Eradication of Helicobacter spp. from a rat breeding colony.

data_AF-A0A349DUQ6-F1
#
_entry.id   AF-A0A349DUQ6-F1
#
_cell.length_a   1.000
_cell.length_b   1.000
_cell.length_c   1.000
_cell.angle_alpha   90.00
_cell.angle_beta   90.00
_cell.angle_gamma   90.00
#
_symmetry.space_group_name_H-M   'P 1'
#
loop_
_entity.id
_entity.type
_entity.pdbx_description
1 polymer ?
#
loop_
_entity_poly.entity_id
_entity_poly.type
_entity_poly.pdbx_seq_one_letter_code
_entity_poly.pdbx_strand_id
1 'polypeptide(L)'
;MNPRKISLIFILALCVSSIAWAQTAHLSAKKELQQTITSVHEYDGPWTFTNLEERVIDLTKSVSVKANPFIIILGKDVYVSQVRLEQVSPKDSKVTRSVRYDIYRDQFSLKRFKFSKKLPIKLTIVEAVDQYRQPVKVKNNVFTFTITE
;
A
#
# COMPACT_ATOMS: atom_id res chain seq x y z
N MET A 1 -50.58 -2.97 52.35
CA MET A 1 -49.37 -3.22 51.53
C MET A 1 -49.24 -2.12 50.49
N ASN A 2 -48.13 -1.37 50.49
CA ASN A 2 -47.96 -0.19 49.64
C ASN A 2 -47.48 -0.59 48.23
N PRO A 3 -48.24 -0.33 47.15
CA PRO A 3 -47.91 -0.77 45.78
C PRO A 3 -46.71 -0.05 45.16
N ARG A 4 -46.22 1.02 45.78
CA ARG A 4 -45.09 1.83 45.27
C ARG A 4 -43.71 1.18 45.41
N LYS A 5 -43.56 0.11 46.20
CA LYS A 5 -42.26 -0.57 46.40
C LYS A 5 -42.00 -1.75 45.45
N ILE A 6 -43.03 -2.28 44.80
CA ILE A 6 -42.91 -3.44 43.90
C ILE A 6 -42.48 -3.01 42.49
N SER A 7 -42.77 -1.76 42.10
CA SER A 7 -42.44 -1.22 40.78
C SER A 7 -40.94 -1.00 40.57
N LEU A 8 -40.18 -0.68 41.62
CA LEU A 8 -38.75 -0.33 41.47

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Although Helicobacter spp. have been viewed as bacteria with low pathogenicity, many investigators have shown that these low-grade pathogens have the potential to become a severe threat in immunocompromised, inbred, and transgenic animals. Therefore the presence of Helicobacter spp. in experimental animals is considered to be an unacceptable variable. In this study a formulation of medicated feed was designed and tested in an attempt to eradicate Helicobacter spp. from an infected rat breeding colony. Two feeding protocols were used: 1) treating Helicobacter-infected pregnant dams to produce clean offspring and 2) treating infected adult animals long enough to eliminate the organisms. Bacterial DNA was extracted from feces and amplified using primers that recognized the Helicobacter spp.-specific region of the 16S rRNA gene. Fecal samples from the weanlings from protocol 1 tested negative for Helicobacter spp. at 1 week before and 2 and 12 weeks after weaning. Infected adult rats from protocol 2 tested negative after three cycles of 2 weeks on and 2 weeks off the medicated feed. Animals from both protocols have remained Helicobacter-free for 8 months.
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